A sub-heading is a mini-headline given to a subsection or paragraph within a central piece of writing.

What does Sub-Heading Mean?

A sub-heading is a mini-headline given to a subsection or paragraph within a central piece of writing. Subheadings are smaller than the main heading but more extensive than the paragraph text of the article.

Subheadings often appear in non-fiction writing, such as instruction or informational texts. They capture the reader’s attention to keep them reading down the page, following each sub-heading.

Without sub-headings, texts would be long paragraphs of text. That isn’t easy to read through!

Importance of Using Sub-Headings

The primary purpose of sub-headings is to grab the reader’s attention. They’re meant to stand out, which is why they’re written in a large font and are snappy.

Some sub-headings are purely informational. Subheadings act as a guide to serve the reader through the page until they’ve found what they’re looking for.

For example, if you’re reading a recipe, you might scan to find the ‘Ingredients’ sub-heading so that you can read what ingredients you need.

You might also find sub-headings listed on the contents page of a non-fiction text. It allows the reader to find the right page based on the sub-heading.

Interesting sub-headings are used in texts such as newspaper articles or blog posts. They encourage the reader to keep reading and help break the text into manageable chunks.

Subheadings are like hooks – they get the reader to stop, look, and read through the information.

How to Write Interesting Sub-Headings

When writing a sub-heading, it’s essential to know what content will be written in the paragraph underneath. So, first, establish what the section is about and the most critical part of the paragraph.

Sub-headings should ideally be:

  • Useful – To benefit the reader;
  • Unique – To share information that the reader may not be aware of;
  • Ultra-Specific – To ensure the reader knows what is being said;
  • Urgent – To get the reader’s attention.

Heading and Sub-heading Examples

Subheadings and headings have similar functions, but there’s one key difference between them.

Headings appear once at the beginning of the text, whereas multiple sub-headings can occur throughout the text. The header is the title, and the sub-headings split the text into sections or paragraphs.

Subheadings are sometimes called mini-titles. It can be helpful to think of them that way because they provide titles for specific text sections.

Here are some heading and sub-heading examples: the header is highlighted in red, and the sub-heading is in blue.

Example 1 (Fact File)

Ocean Creatures

Clownfish and Anemones: Friends for Life

Clownfish have a symbiotic relationship with anemones.

Blue Whales: The Largest Mammal on Earth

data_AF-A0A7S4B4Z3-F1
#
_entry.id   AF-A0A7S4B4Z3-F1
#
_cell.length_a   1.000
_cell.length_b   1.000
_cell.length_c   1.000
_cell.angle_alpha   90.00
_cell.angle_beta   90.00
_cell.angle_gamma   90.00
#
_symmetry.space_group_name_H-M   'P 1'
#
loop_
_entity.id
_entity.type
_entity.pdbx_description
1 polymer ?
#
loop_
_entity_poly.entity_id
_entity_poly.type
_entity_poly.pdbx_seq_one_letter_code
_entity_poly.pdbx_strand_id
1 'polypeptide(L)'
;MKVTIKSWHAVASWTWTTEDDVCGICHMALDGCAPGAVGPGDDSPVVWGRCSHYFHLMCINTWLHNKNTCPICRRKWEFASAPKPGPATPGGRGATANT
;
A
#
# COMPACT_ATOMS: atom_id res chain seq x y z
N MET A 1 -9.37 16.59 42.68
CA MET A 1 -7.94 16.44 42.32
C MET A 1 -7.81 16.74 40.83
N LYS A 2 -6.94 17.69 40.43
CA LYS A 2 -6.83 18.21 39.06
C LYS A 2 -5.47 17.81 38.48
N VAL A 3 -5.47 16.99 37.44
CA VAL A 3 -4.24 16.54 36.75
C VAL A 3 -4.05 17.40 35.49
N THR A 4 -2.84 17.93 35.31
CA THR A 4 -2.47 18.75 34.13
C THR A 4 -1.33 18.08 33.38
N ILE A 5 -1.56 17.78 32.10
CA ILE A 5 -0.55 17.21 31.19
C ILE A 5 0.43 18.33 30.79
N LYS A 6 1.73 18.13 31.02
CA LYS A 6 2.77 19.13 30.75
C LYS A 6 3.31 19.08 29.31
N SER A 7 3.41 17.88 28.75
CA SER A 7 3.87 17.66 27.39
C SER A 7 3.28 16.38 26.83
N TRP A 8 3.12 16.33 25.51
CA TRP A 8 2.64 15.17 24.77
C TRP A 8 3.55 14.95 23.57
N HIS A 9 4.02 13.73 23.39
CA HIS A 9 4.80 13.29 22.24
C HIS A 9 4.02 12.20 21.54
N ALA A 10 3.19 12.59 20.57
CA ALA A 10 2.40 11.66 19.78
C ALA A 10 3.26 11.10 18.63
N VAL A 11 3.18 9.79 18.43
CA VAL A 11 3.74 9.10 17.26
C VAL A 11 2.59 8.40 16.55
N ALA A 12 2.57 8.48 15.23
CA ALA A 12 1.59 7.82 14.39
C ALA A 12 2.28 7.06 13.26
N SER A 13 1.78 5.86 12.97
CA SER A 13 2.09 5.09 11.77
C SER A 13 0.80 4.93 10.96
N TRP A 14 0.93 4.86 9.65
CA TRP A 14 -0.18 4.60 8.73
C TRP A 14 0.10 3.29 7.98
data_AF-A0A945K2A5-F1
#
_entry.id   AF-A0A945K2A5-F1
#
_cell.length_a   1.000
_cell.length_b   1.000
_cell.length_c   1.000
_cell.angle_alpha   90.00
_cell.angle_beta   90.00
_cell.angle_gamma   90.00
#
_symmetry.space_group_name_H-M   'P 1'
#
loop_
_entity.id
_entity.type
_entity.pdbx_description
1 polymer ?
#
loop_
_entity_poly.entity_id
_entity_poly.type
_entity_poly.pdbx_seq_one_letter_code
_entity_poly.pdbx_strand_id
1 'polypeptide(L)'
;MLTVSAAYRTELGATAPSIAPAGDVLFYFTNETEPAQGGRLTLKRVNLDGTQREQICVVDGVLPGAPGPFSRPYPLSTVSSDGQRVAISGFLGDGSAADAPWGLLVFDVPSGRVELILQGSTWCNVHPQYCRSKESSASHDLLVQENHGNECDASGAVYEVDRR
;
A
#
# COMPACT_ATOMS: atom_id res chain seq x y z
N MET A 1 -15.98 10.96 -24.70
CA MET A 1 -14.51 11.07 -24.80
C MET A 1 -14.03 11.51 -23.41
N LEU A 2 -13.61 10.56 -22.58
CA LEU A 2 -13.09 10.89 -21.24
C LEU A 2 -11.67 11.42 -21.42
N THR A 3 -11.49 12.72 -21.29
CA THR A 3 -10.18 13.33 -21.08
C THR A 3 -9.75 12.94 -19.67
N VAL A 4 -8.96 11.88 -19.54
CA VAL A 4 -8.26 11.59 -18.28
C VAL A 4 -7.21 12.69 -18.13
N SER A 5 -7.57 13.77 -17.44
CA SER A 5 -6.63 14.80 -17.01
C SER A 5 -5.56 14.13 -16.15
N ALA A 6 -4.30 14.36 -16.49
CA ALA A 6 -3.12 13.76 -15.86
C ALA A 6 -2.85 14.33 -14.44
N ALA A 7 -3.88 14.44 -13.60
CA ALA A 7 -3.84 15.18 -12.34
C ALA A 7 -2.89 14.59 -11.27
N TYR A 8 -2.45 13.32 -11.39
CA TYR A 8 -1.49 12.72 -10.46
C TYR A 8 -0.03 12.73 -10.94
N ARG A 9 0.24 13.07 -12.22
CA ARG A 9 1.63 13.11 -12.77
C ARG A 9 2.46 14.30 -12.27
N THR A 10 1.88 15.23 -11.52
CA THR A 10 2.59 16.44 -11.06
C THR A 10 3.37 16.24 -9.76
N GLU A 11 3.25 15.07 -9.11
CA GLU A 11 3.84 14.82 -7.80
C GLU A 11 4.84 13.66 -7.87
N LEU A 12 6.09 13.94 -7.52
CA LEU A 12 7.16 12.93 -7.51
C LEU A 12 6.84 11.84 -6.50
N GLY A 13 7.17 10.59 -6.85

Not only are blue whales the most notable species of whale, but they’re also the largest mammal on Earth.

Example 2 (List)

Countries in Europe


  • Albania
  • Andorra
  • Armenia
  • Austria
  • Azerbaijan
  • Belarus
  • Belgium
  • Bosnia
  • Bulgaria
  • Croatia
  • Cyprus
  • Czechia


  • Denmark
  • Estonia
  • Finland
  • France

Example 3 (Biography)

The Life of Santa Claus

Father Christmas’ Early Years

When Father Christmas was a little boy.

A Fateful Meeting with Rudolph

On one fateful day, Santa came across a reindeer different from any other.

Example 4 (Contents Page)

The Most Delicious Pastries in the World

  • Paris’ Best Croissants (1-2)
  • Japan’s Mouthwatering Mochi (3-4)
  • Dreamy Brazilian Sonho (5-6)
  • Crunchy Cannoli from Italy (7-8)

How many sub-headings should you use?

How many sub-headings you use usually depends on your writing content and how much of it there is.

Subheadings help break up a text and make it more manageable to read and scan. So, if the text is short, it might not even need sub-headings at all.

On the other hand, longer writing pieces may need many more sub-headings. It varies from text to text.

Generally, however, sub-headings should be used to break up text sections. For example, if the next paragraph moves onto an entirely different subject, it would be a good idea to use a sub-heading above it to signal that you’re moving on to something else.

The thought process is similar to when to start a new paragraph, but you don’t always need a sub-heading for every new paragraph. Instead, subheadings should group linked paragraphs and separate the general sections of a piece of work.

For example, suppose you were writing a non-chronological report about mammals that live in the Amazon rainforest. In that case, you might have sub-headings for each mammal or each rainforest layer.

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